On more of a social issues note when it comes to the military, Obama echoed recent military policy to fully allow women into combat missions, and the department’s decision on Monday to extend military family benefits to homosexual families.

One of Obama's core constituencies is women, and he made sure he acknowledged them. As aforementioned, he backed equality within the military, and also called for Congress to pass the Paycheck Fairness Act (which mandates equal pay for women when they do the same work as men). Obama also called for the Republican-controlled House of Representatives to pass the Violence Against Women Act (which helps police domestic violence), which was passed by the Senate earlier on Tuesday.
Young people

Obama sang the praises of his first term when he spoke about how his administration has managed to reduce the cost of student loans by halving the interest rate due on them. Going a step further, he said he aimed to revamp the criteria under which tertiary education facilities get federal money by taking into account how they kept education costs down. For very young people, Obama called for pre-school for all kids from the age of four, which can currently only be obtained privately. He argued that the earlier a child starts to be educated, the better, citing programmes in the southern states of Georgia and Oklahoma.
Mixed bag for the environment

While the president called for action on climate change, and combining increasing green energy projects with job creation proposals, he also said he'd cut red tape for companies to obtain oil and natural gas permits. And don't be fooled: Some of that natural gas is obtained through the controversial practice of hydraulic fracturing.

Obama's calls for tax reform, while unlikely, will prick up the ears of businesses and investors, as the president wants to close loopholes. Major business leaders have called for tax and regulatory overhaul but it is unlikely the president will deal with it while he has a full plate of immigration, gun control and job creation to digest. Where Obama likely struck a strong chord was calling for the end of manufactured crises, such as the fiscal cliff, sequester, debt ceiling debate and never-ending budget chaos. Interestingly, he also announced plans for trade agreements with the European Union.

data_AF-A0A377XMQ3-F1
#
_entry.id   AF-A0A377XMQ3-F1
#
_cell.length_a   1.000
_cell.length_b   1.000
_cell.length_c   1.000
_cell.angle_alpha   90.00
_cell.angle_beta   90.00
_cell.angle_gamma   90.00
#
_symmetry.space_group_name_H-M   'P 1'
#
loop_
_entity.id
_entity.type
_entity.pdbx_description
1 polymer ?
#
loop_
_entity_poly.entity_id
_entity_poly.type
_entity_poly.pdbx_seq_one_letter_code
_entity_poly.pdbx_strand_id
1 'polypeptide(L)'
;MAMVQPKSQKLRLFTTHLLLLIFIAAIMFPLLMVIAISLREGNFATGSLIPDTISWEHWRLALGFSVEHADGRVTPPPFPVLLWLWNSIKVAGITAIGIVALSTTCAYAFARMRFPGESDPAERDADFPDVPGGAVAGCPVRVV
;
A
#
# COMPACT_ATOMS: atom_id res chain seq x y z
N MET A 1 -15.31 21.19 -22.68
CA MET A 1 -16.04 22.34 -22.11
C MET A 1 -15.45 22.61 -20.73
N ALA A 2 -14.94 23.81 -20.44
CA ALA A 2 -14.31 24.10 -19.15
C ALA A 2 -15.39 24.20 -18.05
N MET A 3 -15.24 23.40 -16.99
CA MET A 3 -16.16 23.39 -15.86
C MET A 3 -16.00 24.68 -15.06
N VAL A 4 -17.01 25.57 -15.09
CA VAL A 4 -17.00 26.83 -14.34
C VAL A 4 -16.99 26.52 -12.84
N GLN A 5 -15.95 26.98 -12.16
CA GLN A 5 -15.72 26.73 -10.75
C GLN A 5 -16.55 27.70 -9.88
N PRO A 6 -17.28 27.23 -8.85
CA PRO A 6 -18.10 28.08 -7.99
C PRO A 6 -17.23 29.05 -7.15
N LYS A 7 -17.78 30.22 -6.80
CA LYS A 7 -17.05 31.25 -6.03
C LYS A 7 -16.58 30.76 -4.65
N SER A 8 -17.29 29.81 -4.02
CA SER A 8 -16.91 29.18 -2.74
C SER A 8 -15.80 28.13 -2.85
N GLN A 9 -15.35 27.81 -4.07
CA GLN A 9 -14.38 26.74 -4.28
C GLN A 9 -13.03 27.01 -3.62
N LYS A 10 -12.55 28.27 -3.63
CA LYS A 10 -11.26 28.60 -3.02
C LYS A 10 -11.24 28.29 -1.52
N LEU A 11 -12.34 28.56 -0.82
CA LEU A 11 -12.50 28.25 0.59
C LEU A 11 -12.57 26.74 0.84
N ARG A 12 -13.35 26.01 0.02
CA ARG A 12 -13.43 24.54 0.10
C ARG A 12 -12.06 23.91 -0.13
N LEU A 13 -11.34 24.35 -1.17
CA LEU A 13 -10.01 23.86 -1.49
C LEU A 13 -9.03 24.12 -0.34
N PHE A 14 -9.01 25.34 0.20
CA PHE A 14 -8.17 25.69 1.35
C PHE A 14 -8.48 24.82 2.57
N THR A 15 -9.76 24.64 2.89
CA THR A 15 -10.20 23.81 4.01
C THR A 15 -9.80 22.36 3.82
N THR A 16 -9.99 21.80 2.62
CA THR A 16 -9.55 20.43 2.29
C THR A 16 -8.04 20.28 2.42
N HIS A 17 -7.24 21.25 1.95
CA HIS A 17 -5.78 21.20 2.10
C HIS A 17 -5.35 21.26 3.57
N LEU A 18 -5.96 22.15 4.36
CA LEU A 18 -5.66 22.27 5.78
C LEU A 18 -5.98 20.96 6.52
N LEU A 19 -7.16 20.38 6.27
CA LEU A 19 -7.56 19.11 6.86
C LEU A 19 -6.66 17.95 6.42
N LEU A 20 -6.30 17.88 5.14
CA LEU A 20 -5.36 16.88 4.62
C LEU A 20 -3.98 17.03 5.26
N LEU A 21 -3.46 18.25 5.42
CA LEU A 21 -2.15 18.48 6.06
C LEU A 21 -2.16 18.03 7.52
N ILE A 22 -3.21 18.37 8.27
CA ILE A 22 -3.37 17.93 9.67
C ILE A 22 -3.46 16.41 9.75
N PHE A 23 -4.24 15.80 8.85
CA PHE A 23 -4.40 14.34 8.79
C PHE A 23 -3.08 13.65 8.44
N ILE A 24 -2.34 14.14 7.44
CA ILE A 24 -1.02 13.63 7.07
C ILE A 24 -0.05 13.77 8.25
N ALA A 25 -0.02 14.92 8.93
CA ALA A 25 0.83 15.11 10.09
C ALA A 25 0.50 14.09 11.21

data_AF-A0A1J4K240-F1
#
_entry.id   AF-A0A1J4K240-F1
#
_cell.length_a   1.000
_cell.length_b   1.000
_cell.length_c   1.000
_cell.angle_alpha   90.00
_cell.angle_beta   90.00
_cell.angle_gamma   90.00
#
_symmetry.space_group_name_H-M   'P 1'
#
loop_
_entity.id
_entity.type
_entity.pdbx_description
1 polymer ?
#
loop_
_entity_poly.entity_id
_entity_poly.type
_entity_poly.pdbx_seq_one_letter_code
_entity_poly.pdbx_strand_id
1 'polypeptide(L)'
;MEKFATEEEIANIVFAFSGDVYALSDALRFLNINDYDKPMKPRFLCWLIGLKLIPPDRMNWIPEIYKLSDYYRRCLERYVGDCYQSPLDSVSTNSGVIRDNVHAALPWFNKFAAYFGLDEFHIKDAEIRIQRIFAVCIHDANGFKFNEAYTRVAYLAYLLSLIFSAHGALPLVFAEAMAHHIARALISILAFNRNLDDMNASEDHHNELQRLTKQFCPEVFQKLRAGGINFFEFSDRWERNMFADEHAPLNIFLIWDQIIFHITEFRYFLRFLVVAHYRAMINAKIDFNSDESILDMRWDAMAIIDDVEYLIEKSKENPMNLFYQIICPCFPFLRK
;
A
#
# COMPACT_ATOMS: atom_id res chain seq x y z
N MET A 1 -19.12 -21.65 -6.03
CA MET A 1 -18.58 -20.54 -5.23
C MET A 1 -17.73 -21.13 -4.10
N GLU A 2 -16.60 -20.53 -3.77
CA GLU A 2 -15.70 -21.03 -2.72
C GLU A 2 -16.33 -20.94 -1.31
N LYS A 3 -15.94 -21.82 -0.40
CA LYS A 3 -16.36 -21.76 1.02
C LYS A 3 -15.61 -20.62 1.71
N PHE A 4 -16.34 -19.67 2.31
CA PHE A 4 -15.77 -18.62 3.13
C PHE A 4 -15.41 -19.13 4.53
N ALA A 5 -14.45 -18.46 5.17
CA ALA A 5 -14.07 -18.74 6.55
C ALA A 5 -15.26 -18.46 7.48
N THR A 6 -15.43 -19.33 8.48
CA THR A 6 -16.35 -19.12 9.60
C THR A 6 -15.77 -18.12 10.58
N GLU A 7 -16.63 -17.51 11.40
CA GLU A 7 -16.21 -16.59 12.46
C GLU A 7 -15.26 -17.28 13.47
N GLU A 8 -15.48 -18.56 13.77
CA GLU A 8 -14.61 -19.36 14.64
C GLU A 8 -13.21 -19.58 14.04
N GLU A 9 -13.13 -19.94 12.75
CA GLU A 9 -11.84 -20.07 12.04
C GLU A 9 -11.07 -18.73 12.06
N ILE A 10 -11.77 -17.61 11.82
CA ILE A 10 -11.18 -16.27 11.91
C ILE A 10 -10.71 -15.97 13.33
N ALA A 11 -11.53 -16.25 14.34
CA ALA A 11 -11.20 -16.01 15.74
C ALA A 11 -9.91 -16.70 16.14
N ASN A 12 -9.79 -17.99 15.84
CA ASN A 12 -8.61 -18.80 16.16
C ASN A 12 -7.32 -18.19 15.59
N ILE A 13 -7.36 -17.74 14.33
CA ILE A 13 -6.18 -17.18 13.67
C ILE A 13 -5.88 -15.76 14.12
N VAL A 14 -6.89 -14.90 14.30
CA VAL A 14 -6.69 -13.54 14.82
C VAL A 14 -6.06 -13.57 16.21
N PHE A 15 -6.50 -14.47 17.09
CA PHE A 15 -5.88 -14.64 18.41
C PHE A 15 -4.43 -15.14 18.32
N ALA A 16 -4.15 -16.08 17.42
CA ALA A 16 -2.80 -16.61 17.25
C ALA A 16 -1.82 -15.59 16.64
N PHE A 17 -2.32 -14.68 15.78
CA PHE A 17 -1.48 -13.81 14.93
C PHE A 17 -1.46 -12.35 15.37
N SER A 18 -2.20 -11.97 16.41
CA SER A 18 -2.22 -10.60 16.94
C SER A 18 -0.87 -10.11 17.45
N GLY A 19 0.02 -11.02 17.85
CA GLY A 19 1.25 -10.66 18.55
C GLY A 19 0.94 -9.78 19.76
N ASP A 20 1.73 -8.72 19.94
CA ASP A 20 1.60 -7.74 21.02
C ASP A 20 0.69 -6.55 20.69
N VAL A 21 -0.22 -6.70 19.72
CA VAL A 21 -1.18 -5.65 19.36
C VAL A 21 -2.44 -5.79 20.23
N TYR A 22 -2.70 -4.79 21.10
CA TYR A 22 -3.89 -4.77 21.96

While there was little new on this front, Obama repeated the framework under which he suggests Congress design and pass a pathway to citizenship. This would be contingent on securing the border with Mexico, having illegal immigrants currently in the USA pay back taxes, pay a fine for entering illegally, learn English and metaphorically "go to the back of the line" behind those who have applied for US citizenship legally before applications will be processed.

Gun control advocates

Again, there wasn’t much new here, but Obama extended calls for mandatory background checks on gun buyers, extended penalties for those who buy or sell guns illegally, and a ban on assault weapons. While public anger at the shooting at Sandy Hook Elementary School in Connecticut in December still runs high, there is a significant bloc in Congress against real gun control reform. While the president sang off the correct songsheet tonight for gun control advocates, the proof of any success will be in actions.

Read more on:    barack obama  |  us  |  gun control